The United Nations too has come out with a set of standards that corporate bodies can utilize to prevent discrimination against LGBTIQA+ people in the workplace (Tackling Discrimination against Lesbian, Gay, Bi, Trans, & Intersex People: Standards of Conduct for Business). There are a small but growing number of multinationals, big Indian businesses and smaller enterprises moving towards ensuring non-discrimination for all their employees.
Many of the non-formal, adult education and vocational training programmes mentioned earlier also provide entrepreneurial learning. The National Institute for Entrepreneurship and Small Business Development is engaged in training, consultancy and research to promote entrepreneurship in a variety of areas. Many colleges and universities have entrepreneurship cells, while other institutions that offer entrepreneurial learning include the Indian Institutes of Management and similar other institutes. Social enterprise is another exciting avenue, which uses commercial strategies to maximize improvements in financial, social and environmental well-being of disadvantaged communities. The Tata Institute of Social Sciences is one of the best options for learning on social enterprise.
The Government of India is planning a scheme on entrepreneurship development for early stage entrepreneurs from disadvantaged social groups. Many LGBTIQA people are engaged in running businesses and small trades of their own. Enrolling for some of the government, private sector or NGO programmes may help them upgrade and make their businesses more profitable.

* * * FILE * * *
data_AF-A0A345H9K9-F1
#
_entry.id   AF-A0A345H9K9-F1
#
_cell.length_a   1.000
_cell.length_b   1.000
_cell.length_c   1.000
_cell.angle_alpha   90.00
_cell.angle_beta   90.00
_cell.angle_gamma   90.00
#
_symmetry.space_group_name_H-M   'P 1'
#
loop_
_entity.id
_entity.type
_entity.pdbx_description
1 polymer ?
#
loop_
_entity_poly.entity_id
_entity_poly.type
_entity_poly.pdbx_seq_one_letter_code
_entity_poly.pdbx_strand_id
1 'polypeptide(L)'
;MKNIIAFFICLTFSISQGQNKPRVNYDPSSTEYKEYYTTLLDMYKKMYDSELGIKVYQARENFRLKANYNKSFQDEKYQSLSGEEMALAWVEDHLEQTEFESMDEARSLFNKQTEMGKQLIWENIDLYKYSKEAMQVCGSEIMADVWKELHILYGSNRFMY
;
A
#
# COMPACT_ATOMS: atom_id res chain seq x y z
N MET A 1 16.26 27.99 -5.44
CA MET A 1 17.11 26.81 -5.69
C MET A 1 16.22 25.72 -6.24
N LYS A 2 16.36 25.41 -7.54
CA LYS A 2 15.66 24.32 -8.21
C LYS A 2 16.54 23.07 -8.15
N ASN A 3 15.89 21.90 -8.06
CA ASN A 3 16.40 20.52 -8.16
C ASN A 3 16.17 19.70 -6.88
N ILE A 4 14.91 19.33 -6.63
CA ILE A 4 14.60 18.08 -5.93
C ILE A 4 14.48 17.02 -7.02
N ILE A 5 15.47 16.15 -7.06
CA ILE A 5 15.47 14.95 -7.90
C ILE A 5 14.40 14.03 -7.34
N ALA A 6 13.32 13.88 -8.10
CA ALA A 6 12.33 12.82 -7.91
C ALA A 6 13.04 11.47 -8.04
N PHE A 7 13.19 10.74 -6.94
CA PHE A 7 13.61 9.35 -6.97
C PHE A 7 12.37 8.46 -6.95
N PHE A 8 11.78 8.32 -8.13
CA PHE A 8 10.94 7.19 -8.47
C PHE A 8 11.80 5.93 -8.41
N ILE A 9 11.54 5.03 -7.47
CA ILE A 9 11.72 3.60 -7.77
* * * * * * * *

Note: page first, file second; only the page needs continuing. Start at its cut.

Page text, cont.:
A mention of educational schemes specific to transgender people: In 2015, the central government proposed a number of schemes to facilitate greater educational opportunities for transgender people in collaboration with state governments. These included financial support of Rs.1,000/- for parents of transgender children as an incentive to retain them within their biological families, monthly scholarship for students in classes 7-10, monthly scholarship to pursue higher studies in India, and a vocational training scheme. Please also note that after the Supreme Court’s verdict on transgender rights, all universities / colleges are supposed to have added a transgender option in their admission application forms for students.
An issue closely related to livelihood is social security. This includes: (a) Citizenship and identity proof documentation; (b) Social welfare schemes to facilitate education, skills building, livelihood opportunities, housing and pension access; (c) Subsidized or free legal aid services; and (d) Subsidized public health and health insurance programmes. NGOs like SAATHII run programmes to help socially disadvantaged communities like LGBTIQA+ people access these facilities. Many of the social welfare schemes can also be applied for online or with the help of government accredited agencies for a small fee.